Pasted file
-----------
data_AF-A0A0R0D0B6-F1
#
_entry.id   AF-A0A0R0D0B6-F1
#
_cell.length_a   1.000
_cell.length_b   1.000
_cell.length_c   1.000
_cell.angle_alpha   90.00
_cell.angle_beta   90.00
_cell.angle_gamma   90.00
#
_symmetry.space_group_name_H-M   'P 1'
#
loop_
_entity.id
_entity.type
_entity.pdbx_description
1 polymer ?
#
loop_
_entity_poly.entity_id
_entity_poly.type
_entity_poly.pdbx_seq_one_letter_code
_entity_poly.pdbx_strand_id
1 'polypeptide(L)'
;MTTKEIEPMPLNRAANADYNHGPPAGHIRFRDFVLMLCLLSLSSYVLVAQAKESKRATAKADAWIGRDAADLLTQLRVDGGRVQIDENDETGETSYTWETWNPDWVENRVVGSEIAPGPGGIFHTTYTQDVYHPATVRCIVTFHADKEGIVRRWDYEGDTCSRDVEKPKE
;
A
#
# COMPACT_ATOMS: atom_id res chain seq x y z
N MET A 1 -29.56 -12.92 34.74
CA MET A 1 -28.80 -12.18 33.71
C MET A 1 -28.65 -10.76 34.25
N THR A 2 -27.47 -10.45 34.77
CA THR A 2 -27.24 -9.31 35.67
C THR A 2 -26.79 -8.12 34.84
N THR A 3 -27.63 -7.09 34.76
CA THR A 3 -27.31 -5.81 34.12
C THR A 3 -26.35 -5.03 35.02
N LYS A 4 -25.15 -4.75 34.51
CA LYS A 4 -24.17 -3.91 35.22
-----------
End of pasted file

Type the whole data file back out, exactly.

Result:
data_AF-A0A0R0D0B6-F1
#
_entry.id   AF-A0A0R0D0B6-F1
#
_cell.length_a   1.000
_cell.length_b   1.000
_cell.length_c   1.000
_cell.angle_alpha   90.00
_cell.angle_beta   90.00
_cell.angle_gamma   90.00
#
_symmetry.space_group_name_H-M   'P 1'
#
loop_
_entity.id
_entity.type
_entity.pdbx_description
1 polymer ?
#
loop_
_entity_poly.entity_id
_entity_poly.type
_entity_poly.pdbx_seq_one_letter_code
_entity_poly.pdbx_strand_id
1 'polypeptide(L)'
;MTTKEIEPMPLNRAANADYNHGPPAGHIRFRDFVLMLCLLSLSSYVLVAQAKESKRATAKADAWIGRDAADLLTQLRVDGGRVQIDENDETGETSYTWETWNPDWVENRVVGSEIAPGPGGIFHTTYTQDVYHPATVRCIVTFHADKEGIVRRWDYEGDTCSRDVEKPKE
;
A
#
# COMPACT_ATOMS: atom_id res chain seq x y z
N MET A 1 -29.56 -12.92 34.74
CA MET A 1 -28.80 -12.18 33.71
C MET A 1 -28.65 -10.76 34.25
N THR A 2 -27.47 -10.45 34.77
CA THR A 2 -27.24 -9.31 35.67
C THR A 2 -26.79 -8.12 34.84
N THR A 3 -27.63 -7.09 34.76
CA THR A 3 -27.31 -5.81 34.12
C THR A 3 -26.35 -5.03 35.02
N LYS A 4 -25.15 -4.75 34.51
CA LYS A 4 -24.17 -3.91 35.22